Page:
Some Mich. Dems may not get to vote in 2nd primary

Clinton to campaign in Michigan
LANSING, Mich. Aides said the former first lady would make a hastily arranged appearance in Detroit on Wednesday to make the argument for going ahead despite the obstacles.

Mo Elleithee, a spokesman, said Clinton would "make the case for counting the people of Michigan, that every vote must count and that Senator Obama is standing in the way of a revote, and that snubbing Michigan would hurt the Democratic party in November."

Even before Clinton announced her travel plans, Obama's spokesman accused her of merely looking out for her own political interests.

"As others in Michigan have pointed out, there are valid concerns about the proposal currently being discussed, including severe restrictions on voter eligibility and the reliance on private funding," said Obama spokesman Tommy Vietor. "We have raised these concerns, as legislators in Michigan did today, and we're waiting to see if these issues can be resolved by the Legislature."

Michigan is one of two states that violated Democratic Party rules by holding primaries too early in the year. As punishment, the party stripped both states of their delegates to the national nominating convention.

Plans for a revote in the other state, Florida, collapsed over the weekend, leaving the future of its delegation unclear.

Originally, Michigan was to have 128 delegates; Florida's total was 185.

Clinton trails Obama in convention delegates after primaries and caucuses in more than 40 states, and her chances of catching up are remote.

Lopsided victories in second primaries in Florida and Michigan would help, and also would strengthen her argument that party leaders who attend the convention as superdelegates should consider a candidate's ability to win in the fall, rather than merely support the contender with the most delegates.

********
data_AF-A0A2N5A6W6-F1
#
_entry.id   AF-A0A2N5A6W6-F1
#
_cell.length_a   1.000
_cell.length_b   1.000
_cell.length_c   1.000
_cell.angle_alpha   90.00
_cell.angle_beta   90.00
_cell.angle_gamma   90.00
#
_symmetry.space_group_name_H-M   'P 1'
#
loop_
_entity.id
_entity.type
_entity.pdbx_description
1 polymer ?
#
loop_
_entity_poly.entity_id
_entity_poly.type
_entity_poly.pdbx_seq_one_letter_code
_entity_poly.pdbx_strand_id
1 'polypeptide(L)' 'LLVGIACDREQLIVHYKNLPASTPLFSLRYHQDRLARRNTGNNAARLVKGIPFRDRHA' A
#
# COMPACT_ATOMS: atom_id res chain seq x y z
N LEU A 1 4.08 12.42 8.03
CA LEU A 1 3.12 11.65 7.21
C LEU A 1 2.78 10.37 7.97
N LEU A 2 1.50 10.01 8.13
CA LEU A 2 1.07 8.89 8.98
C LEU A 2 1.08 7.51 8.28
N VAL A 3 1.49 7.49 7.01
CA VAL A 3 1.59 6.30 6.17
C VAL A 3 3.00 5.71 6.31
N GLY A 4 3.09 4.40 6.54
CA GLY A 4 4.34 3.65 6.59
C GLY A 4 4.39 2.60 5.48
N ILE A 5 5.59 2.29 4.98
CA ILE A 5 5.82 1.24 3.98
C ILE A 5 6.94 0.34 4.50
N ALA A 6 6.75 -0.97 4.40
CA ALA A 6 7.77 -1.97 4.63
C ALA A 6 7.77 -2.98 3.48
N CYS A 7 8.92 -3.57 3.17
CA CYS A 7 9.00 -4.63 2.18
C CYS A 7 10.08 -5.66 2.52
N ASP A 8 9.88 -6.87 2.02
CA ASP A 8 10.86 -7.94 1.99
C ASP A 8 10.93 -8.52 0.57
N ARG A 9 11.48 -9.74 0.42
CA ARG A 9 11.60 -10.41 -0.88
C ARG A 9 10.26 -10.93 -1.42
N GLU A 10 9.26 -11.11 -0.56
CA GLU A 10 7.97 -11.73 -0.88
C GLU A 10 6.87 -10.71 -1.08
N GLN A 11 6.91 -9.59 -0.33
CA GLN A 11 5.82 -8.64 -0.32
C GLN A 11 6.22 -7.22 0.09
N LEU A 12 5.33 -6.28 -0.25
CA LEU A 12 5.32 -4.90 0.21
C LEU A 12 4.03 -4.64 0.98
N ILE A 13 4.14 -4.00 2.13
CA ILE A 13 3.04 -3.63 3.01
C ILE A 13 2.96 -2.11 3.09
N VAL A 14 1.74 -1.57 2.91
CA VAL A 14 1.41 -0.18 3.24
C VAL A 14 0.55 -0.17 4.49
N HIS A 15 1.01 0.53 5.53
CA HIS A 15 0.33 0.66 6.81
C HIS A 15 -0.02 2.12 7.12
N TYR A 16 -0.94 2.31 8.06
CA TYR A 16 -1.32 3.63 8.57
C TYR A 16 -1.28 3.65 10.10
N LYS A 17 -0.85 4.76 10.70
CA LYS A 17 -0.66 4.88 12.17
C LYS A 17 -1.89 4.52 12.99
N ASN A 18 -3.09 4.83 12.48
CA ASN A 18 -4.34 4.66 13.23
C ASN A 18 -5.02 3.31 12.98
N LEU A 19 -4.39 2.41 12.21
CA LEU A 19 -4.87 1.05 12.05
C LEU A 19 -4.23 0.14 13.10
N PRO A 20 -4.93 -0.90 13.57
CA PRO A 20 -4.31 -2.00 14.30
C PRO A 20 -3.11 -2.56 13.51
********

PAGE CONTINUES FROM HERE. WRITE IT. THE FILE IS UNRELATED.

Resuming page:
She won the earlier primaries in both states, although all the candidates had pledged not to campaign in either, and Obama removed his name from the Michigan ballot.

One of the sticking points holding up a possible do-over election in Michigan is a rule that would ban anyone who voted in the Republican presidential primary from voting again in the Democratic one.

That ban would apply even to Democrats or independents who asked for a GOP ballot because Sen. Hillary Rodham Clinton was the only major candidate left on the Jan. 15 Democratic ballot.

To cast a ballot in a do-over election, voters would have to sign a statement saying they hadn't voted in the GOP primary.

That could hurt Obama more, since his supporters were more likely than Clinton's to have crossed over to vote in the GOP primary. The national party punished Michigan for holding a primary before Feb. 5, stripping it of all its delegates and rendering the contest meaningless. Clinton was on the ballot, but Obama and other Democratic candidates removed their names to avoid angering early voting states such as Iowa and New Hampshire.

Obama has had more success than Clinton attracting the votes of independents and Republicans in states where they could vote in Democratic contests.

A group of Democratic leaders from Michigan is trying to set up a June 3 do-over primary so the state can get its delegates seated at the Democratic National Convention -- an event that looked less likely on Tuesday.

Seventeen Democratic state House members said Tuesday they have concerns about holding another election, including disenfranchising Democrats who voted in the Republican primary.

"These people that chose to vote in that Republican primary in January did so after being told by the DNC that the Democratic primary did not count. They weren't told that if they participated in a Republican primary they wouldn't be eligible to participate in a redo that was going to happen in June," said state Rep. Matt Gillard, an Obama supporter.

U.S. Sen. Carl Levin and the three Democratic leaders trying to get the delegates seated planned to lobby their party's state legislators on Wednesday.

Michigan's Republican primary drew 867,271 voters, including 18,106 who voted "uncommitted." The Democratic primary drew 593,837 voters.

Clinton garnered 328,151 votes, or 55 percent, and 237,762 votes, or 40 percent, went to "uncommitted." Other candidates were in single digits.

Michigan Democratic Chairman Mark Brewer says the party has the right -- and the responsibility -- to prevent non-Democrats from having a say in who becomes the party's nominee.

Michigan doesn't require voters to register by party to vote, so the parties have to use other tools to stop crossover voting. Both parties are due to get a list of who voted in the Jan. 15 primary and which ballot -- Democratic or Republican -- they chose. It's unclear whether those lists would be used to challenge anyone who had voted in the GOP primary.

Brewer said he's sorry some Democrats won't be able to vote again.

"I regret that that might be the case, but it's a national party rule and we have no choice but to follow it," he said.

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